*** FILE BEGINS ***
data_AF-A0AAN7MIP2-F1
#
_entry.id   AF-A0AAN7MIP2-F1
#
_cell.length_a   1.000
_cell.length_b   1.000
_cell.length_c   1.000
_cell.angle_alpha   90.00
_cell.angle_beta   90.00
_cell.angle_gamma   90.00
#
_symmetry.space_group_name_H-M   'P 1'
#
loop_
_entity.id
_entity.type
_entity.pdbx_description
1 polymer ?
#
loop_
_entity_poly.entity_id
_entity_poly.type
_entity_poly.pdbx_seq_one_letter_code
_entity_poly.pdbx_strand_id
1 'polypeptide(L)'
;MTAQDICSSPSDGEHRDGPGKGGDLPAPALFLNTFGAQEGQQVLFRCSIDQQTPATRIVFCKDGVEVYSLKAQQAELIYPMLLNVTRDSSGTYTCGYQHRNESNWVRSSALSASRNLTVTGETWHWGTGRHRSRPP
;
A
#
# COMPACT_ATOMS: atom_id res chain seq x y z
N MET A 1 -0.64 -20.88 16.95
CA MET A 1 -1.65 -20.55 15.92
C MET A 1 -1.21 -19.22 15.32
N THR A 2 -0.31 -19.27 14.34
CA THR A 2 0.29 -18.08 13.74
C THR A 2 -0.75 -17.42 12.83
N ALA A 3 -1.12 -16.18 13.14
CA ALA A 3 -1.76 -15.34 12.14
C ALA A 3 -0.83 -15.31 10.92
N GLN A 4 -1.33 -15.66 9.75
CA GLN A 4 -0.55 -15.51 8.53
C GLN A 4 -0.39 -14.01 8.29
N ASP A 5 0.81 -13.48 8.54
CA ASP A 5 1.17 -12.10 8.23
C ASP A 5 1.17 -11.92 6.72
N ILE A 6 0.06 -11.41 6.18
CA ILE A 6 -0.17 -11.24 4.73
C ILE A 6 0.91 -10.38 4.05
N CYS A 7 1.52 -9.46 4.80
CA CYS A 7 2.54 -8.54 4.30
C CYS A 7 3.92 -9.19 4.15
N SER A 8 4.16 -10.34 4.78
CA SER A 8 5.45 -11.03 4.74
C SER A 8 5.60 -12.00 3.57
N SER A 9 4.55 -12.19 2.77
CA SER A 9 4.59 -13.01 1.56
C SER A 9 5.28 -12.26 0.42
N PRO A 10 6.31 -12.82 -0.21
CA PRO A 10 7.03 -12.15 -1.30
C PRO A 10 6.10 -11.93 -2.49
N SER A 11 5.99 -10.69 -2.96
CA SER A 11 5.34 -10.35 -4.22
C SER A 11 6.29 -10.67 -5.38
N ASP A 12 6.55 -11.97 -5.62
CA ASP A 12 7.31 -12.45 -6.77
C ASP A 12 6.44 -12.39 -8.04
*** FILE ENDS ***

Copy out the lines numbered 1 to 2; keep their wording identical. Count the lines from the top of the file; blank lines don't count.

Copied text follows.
data_AF-A0AAN7MIP2-F1
#